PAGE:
Health and safety must remain the top priority, of course. Decisions about school closure should be at the discretion of local authorities based on local considerations, including public concern, the impact of school absenteeism, and staffing shortages.

ED Staff

Listen in on Flu Conference Call with ED and CDC

Education leaders from across the country joined a conference call Thursday to discuss flu response with officials from the Department of Education and the Centers for Disease Control and Prevention. Representing chief state school officers, superintendents, principals, teachers, nurses, higher education and other key groups, more than 1,300 people dialed in. has a recording of the 86-minute call, which features extensive Q&A with health officials. We’ll also add a transcript when it becomes available. See complete information on ED’s response to the flu.

Click here for an accessible version of the video.

Additional Flu Resources for School Leaders Seeking Guidance now offers even more guidance for school leaders on reducing the spread of the flu known as H1N1—commonly called “swine flu”—and for dealing with any suspected cases of the virus at their schools.

You’ll now find answers to Frequently Asked Questions here (PDF) on’s page on emergency planning for influenza outbreak. Culled from questions that school leaders around the country have been asking ED this week, these questions include:

  • What steps should school leadership take when there is a confirmed case of H1N1 flu among students or staff on campus?

  • When a school closes and students are dismissed, how long should the school remain closed?

  • If a student took a vacation in Mexico recently, should the student be kept at home?

  • What should we do if we have no cases in our community?

ED consulted the Centers for Disease Control and Prevention (CDC) to develop answers to these questions—and many more. The guidance is subject to change as conditions change, so check back periodically. We are also developing a guide for parents. In the meantime, we encourage school leaders to adapt the guidance we are providing them to suit parents, faculty and staff, and students.

If you’re a school leader and you don’t have an emergency plan that deals with flu, get one.’s Emergency Planning section for school administrators offers many resources for developing contingency plans around a number of hazards, including pandemic flu. This information is designed specifically for schools, but remember that the best guidance on health questions comes from physicians, public health agencies and other health experts.

The Department of Education’s Office of Safe and Drug-Free Schools continues to monitor school closures around the country and asks schools and districts that choose to close to alert ED by e-mail to, after notifying local health authorities. As of 12 PM ET today, April 29th, ED had confirmed closures of at least 104 schools nationwide, public and nonpublic, enrolling about 56,000 students. Seventy-four of these schools closed because of confirmed or probable causes of H1N1 flu; the rest closed as a precaution. These schools are scattered among eight states.

So far, the impact on U.S. schools overall remains small—just a tiny percentage of the more than 100,000 schools nationwide, which enroll a total of approximately 55 million students. For all of them, Secretary Duncan offered this advice earlier today: “All of us involved in schools—school leaders, teachers, parents and students—need to pitch in and do our part to prevent the spread of this flu virus…Do what is appropriate for the health of your communities, your schools and your students.”

ED Staff

Public Health Officials Offer Swine Flu Guidance to Schools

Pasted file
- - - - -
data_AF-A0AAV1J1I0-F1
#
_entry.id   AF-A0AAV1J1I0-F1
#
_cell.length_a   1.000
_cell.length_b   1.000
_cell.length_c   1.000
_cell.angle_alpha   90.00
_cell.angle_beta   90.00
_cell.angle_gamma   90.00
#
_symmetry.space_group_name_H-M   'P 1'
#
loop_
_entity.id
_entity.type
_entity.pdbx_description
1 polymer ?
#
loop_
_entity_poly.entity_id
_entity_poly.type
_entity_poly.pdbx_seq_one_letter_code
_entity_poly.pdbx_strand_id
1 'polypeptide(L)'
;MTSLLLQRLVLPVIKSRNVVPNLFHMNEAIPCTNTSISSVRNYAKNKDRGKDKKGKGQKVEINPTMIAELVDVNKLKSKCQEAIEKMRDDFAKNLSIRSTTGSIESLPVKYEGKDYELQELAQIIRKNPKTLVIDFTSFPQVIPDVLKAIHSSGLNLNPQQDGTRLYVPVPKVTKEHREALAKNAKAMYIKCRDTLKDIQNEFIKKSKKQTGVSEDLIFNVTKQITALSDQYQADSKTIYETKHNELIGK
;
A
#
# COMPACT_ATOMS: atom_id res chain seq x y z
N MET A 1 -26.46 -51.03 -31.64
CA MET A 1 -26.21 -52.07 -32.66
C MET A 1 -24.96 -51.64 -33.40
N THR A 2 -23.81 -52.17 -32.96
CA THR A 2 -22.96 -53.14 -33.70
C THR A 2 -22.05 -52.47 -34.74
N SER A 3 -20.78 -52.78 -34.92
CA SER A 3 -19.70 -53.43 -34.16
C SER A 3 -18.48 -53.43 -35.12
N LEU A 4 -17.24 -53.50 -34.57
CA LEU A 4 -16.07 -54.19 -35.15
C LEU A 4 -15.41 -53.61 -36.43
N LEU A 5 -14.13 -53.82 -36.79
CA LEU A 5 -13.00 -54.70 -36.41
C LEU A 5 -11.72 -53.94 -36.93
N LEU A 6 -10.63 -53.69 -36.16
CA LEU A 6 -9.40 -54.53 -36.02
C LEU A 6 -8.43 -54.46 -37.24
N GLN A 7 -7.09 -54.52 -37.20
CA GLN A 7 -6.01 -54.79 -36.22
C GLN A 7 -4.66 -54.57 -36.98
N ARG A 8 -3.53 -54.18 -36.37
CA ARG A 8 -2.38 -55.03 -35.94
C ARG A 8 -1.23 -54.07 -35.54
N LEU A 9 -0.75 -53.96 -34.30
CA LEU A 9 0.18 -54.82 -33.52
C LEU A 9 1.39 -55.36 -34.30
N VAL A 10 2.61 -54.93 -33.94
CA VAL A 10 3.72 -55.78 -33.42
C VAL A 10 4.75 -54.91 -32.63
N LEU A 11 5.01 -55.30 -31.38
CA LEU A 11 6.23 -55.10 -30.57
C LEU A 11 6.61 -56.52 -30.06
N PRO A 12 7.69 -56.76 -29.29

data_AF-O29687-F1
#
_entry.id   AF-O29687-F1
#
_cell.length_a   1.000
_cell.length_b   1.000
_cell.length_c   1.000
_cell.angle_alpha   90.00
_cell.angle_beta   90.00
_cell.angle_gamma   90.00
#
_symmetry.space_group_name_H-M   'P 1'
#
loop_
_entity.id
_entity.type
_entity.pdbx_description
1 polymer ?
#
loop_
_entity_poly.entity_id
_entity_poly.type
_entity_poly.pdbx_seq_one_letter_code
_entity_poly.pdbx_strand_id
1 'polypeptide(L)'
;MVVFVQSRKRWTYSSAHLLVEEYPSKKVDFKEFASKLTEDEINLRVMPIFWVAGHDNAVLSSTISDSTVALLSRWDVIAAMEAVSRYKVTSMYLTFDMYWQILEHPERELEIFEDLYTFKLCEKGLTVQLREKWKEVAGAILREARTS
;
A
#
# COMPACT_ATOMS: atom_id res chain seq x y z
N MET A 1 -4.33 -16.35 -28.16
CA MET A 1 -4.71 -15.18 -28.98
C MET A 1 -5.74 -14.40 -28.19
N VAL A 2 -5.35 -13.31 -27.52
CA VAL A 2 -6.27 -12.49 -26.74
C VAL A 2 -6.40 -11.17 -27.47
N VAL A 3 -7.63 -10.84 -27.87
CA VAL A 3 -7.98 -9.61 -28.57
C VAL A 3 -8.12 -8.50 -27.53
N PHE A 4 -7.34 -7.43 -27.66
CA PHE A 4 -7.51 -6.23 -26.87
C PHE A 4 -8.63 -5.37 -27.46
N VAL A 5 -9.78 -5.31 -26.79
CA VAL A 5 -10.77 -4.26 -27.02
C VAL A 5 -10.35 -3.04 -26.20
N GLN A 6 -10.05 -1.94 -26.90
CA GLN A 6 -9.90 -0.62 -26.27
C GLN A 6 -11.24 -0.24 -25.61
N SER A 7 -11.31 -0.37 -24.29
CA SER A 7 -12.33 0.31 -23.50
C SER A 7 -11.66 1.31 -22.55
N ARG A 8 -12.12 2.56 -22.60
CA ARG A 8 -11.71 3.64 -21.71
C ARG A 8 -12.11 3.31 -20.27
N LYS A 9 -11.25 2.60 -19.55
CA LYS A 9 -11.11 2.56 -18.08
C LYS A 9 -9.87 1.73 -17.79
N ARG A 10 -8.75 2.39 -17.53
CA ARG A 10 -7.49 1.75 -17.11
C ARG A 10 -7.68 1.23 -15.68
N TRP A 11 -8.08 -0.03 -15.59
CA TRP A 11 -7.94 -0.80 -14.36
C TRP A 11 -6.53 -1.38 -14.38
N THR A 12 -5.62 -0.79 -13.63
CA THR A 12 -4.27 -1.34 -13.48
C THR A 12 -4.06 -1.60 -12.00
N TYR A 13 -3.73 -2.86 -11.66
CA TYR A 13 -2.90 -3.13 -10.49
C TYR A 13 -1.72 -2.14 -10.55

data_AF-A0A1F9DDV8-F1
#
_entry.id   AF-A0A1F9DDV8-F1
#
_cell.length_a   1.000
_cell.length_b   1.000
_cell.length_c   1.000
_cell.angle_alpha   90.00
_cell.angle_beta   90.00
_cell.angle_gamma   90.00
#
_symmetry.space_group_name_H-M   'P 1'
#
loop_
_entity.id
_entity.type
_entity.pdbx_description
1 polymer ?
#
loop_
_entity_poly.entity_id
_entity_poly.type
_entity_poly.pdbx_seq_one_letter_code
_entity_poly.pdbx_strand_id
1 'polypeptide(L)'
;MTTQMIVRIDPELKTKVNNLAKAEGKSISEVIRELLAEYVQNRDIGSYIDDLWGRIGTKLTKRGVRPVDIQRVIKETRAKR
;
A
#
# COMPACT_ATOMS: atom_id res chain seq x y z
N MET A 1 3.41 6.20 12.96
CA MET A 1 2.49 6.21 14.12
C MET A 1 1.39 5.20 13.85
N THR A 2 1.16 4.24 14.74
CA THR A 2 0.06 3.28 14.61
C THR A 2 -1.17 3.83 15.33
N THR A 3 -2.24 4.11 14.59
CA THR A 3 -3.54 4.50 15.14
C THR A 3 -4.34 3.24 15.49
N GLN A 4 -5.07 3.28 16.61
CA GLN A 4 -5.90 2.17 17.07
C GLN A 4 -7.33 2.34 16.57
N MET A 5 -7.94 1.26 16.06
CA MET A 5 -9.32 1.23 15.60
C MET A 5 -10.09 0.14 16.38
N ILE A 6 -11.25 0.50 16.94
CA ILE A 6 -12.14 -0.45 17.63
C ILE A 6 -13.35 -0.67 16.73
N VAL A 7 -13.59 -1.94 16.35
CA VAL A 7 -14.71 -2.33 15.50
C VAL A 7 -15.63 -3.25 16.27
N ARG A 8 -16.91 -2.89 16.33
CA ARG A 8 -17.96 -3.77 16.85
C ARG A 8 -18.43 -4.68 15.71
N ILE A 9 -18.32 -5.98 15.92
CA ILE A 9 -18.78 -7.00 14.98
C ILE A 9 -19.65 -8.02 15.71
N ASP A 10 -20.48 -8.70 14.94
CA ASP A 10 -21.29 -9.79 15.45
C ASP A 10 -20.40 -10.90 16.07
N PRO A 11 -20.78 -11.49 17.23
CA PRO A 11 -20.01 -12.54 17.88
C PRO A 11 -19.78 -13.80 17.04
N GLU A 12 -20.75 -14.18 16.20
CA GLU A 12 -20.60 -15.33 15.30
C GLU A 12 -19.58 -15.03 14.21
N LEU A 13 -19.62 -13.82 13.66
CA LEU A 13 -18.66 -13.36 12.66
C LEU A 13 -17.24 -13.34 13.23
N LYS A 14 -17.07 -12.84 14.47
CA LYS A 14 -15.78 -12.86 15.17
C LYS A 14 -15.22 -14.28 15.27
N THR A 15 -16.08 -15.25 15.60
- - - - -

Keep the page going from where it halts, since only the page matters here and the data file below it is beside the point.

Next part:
Schools can be leading indicators of public health outbreaks, so the Department of Education hosted a conference call this afternoon to guide education officials on how to identify, contain, report and prevent swine influenza in school facilities. Public-health and epidemiology experts from the Centers for Disease Control and Prevention (CDC) and President Obama’s Homeland Security Council joined officials from the Department’s Office of Safe and Drug-Free Schools to update the education community on the flu outbreak and recommend procedures for dealing with it.

More than 1,400 participants from school districts, state education offices and education associations across the United States listened in and asked a range of questions, many of which the CDC answers at its continually updated Swine Influenza site. (You can add CDC’s useful swine flu widget to your own Web site to funnel users to the Centers’ continually updated information.) CDC also advises common-sense measures for preventing flu—stay home if you’re sick, avoid close contact and wash your hands, among other steps.

One frequently asked question from today’s call: Under what circumstances should schools close? A few U.S. schools have closed. CDC offers this interim guidance, recommending strong consideration of closure of schools with a confirmed case of swine flu or suspected case that has been epidemiologically linked to a confirmed case. Broader school dismissal should be left to local authorities, taking into account the extent of [influenza-like illness] in the community.

If your school or district does decide to close, please notify the Department of Education’s Office of Safe and Drug Free Schools (OSDFS) by e-mail to, in addition to your local public health authority. Educators may also e-mail OSDFS with questions about the proper response to swine influenza cases, and how to prevent the flu at schools.

Secretary of Education Arne Duncan, who received a briefing about swine flu from federal public health officials on Monday, encourages all schools, districts and states to monitor closely the health of their populations, communicate with local health authorities and political leaders and proceed with the safest and healthiest course for their students and communities. The Department of Education will post additional resources for educators, along with FAQs stemming from today’s conference call and a transcript of it, on Stay tuned to’s blog for updates.

ED Staff